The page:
Tuesday, January 11

(W)CHC Day #2 - Morning Commute

Today was hard. It was colder than yesterday. I made the whole ride in, the long way to take full advantage of the bike paths (Clear Creek Trail and Highway 93 path), and it took me over two hours.

I retraced my route from yesterday. I passed through Anderson Park no problem. Then when I saw the connector path from the parking lot over to the CCT my heart did a little jump for joy. I rolled easily over a thin layer of super-dry snow (Xtra-traction!) until I reached the CCT. Not plowed. Seriously?

Same spot as yesterday…

I didn’t think long about it before cranking forward into the untrammeled snow beside the packed footprints in the middle of the path. I kept going, trying to be positive, hoping against all hope that only a short section of the path was unplowed. I ended up having to walk for a few hundred feet until the path dumps out on Independence Court at 41st. When I picked up the path again west of Kipling it was plowed and I was happy, though moving slow at that point.

By then my ski goggles were useless, moist first, then glazed over with frost on the inside. I kept trying to keep them clean, but it was no use. For the remainder of the ride my eyes went naked, my eye lashes alternately freezing and then dripping. At least my contacts didn't freeze.

I plodded along into Golden and then down 10th to the CCT near the Golden Community Center. Then I turned south onto the new section of MUP along Highway 93. Plowing was less than adequate and for the first time ever I saw a sign on a path that read: "Steep Grade, Next 300 Feet." After the initial 300 feet I saw a sign that said "Steep Grade, Next 1300 Feet."

It was steep. It was snowy. I was tired. I had been going a long time.

I made it to work just in time to pick up some free grub for the reception after the swearing in of Jefferson County's new Commissioner. I locked up the OBS in the back stairwell on the ground floor. No carpet to soil, out of the way, little traffic, solid steel railing to cable to. Now I just hope no one from Facilities sees it and freaks out.

The mountain bike went well on the snow. The conditions now would be good for studded snow tires and I thought long and hard this morning about if they would be a benefit for me or just one more complication. They would help, but I don’t think they'd be necessary. There's really only one surface condition that gave me fits and studded tires would not have helped.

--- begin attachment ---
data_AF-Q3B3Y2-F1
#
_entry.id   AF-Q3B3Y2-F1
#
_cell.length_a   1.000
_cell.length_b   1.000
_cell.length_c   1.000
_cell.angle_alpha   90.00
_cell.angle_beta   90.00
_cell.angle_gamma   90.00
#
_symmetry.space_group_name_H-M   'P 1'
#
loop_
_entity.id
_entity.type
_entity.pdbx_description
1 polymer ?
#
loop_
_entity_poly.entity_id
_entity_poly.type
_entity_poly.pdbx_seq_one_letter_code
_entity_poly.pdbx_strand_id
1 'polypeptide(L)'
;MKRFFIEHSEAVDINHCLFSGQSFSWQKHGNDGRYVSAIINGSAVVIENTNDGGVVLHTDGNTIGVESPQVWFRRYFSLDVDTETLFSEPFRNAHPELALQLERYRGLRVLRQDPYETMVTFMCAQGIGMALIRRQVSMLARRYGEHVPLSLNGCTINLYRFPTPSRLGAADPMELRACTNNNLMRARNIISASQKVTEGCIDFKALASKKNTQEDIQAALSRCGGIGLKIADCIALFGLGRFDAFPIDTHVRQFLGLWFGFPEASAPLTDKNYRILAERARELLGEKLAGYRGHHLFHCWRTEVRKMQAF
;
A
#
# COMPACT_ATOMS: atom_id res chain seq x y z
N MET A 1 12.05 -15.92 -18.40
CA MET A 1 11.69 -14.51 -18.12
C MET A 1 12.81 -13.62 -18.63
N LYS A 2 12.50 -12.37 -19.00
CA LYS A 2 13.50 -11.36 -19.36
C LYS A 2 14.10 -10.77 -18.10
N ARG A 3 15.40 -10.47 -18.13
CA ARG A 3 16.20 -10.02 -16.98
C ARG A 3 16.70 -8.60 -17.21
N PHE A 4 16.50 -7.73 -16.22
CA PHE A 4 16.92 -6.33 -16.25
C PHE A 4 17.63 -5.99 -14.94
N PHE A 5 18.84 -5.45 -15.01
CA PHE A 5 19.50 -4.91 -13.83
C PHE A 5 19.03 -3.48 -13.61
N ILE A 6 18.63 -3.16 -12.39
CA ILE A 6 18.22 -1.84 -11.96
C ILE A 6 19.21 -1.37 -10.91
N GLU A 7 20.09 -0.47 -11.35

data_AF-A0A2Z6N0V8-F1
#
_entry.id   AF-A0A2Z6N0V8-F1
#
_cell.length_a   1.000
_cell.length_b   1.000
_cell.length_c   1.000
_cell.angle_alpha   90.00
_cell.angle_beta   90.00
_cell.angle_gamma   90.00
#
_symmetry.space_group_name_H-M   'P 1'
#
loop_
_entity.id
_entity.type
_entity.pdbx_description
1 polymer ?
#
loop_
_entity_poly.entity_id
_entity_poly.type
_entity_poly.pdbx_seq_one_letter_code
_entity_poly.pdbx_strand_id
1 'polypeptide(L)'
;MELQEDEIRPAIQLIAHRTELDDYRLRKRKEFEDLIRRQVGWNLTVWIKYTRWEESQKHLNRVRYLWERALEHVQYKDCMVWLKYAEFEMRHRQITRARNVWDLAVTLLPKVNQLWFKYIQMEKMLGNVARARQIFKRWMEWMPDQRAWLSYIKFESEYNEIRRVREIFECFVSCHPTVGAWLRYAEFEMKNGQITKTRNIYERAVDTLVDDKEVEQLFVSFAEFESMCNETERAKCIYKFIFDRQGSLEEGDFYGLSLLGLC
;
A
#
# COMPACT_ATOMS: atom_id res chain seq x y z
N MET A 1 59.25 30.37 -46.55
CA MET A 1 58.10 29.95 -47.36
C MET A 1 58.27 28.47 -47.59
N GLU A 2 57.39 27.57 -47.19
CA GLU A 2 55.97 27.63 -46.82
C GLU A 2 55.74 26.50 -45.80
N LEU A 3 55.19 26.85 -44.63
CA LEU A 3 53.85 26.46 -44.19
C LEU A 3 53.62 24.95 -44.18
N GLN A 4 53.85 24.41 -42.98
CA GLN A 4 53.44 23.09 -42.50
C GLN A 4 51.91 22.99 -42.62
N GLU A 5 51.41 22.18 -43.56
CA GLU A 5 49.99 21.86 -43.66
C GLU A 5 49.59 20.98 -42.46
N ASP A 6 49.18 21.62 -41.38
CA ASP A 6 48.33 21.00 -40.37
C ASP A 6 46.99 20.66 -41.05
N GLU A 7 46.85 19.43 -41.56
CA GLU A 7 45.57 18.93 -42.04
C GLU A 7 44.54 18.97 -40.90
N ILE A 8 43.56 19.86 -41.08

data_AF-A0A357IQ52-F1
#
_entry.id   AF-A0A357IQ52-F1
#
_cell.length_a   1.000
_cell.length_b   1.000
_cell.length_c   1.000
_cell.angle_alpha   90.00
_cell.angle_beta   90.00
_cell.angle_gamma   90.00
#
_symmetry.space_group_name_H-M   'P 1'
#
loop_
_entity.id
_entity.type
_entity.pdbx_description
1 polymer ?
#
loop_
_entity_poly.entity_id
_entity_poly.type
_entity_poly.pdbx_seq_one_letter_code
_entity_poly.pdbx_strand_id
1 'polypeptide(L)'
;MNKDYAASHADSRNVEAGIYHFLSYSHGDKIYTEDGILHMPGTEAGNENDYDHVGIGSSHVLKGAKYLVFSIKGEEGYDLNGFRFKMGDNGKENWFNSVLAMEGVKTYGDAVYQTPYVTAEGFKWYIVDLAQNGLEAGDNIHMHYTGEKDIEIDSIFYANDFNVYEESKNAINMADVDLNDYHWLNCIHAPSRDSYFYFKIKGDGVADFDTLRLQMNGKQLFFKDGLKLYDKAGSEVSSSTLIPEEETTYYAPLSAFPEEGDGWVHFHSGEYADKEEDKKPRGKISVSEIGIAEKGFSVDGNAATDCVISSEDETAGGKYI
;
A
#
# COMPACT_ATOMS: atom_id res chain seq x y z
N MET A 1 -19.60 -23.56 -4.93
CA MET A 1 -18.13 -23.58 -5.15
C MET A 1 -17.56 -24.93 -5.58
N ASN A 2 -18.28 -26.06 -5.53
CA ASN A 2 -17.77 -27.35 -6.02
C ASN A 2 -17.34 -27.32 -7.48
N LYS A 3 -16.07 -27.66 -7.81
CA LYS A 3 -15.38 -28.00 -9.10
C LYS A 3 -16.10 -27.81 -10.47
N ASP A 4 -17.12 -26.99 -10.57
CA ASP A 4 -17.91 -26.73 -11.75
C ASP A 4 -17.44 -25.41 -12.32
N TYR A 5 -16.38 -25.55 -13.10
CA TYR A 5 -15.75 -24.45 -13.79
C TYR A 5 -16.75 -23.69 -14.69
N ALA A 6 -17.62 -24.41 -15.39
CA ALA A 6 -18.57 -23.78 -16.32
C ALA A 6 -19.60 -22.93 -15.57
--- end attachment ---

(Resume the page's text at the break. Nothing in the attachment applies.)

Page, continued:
This morning much of the snow has been packed down by vehicles. So riding on the streets is sort of like riding on asphalt. The surface is firm and the traction is pretty good. Its still cold enough that the snow really hasn’t started to turn to ice en masse yet. But there are soft spots and sections of unconsolidated snow that grab your front wheel and whip it all around. It’s the soft patches that cause violent involuntary steering incidents that make the ride difficult. Studded tires wouldn't do a thing for that situation. Its like riding off the sidewalk into deep sand. There's really nothing you can do.

Also riding through the deeper snow, I don’t think studded tires would help. They may provide a bit of traction, but again, the problem is more about keeping the wheel straight, not slipping and sliding. For those that are familiar with the sensation, riding through snow a few inches deep, over a hard surface is very similar to surfing a wave on a river in a kayak. You use similar twitches of the hands and arms to control your craft.

Observations:

It takes a lot more TIME to cover the same distance in snow and/or below zero weather. Technically the air temperature was in the single digits, but the news reported negative windchills. I had to stop numerous times to adjust my headgear. My ski goggles ended up being useless and they have always been my last resort. Sunglasses or safety glasses would have been no better. It was time consuming to try and sort out my eyewear on the commute.

A stock mountain bike goes well in the snow without much winter specific gear.

I dressed in the same attire I would have worn if it had been as warm as 40 degrees this morning and for the most part I was comfortable. Despite winter boots my toes went numb and as I said previously, I had a lot of trouble figuring out a comfortable configuration for my headgear and eyewear.

I'm not sure if I'll be riding home, or just over the hill to meet Mandy tonight at the church building. We'll see.







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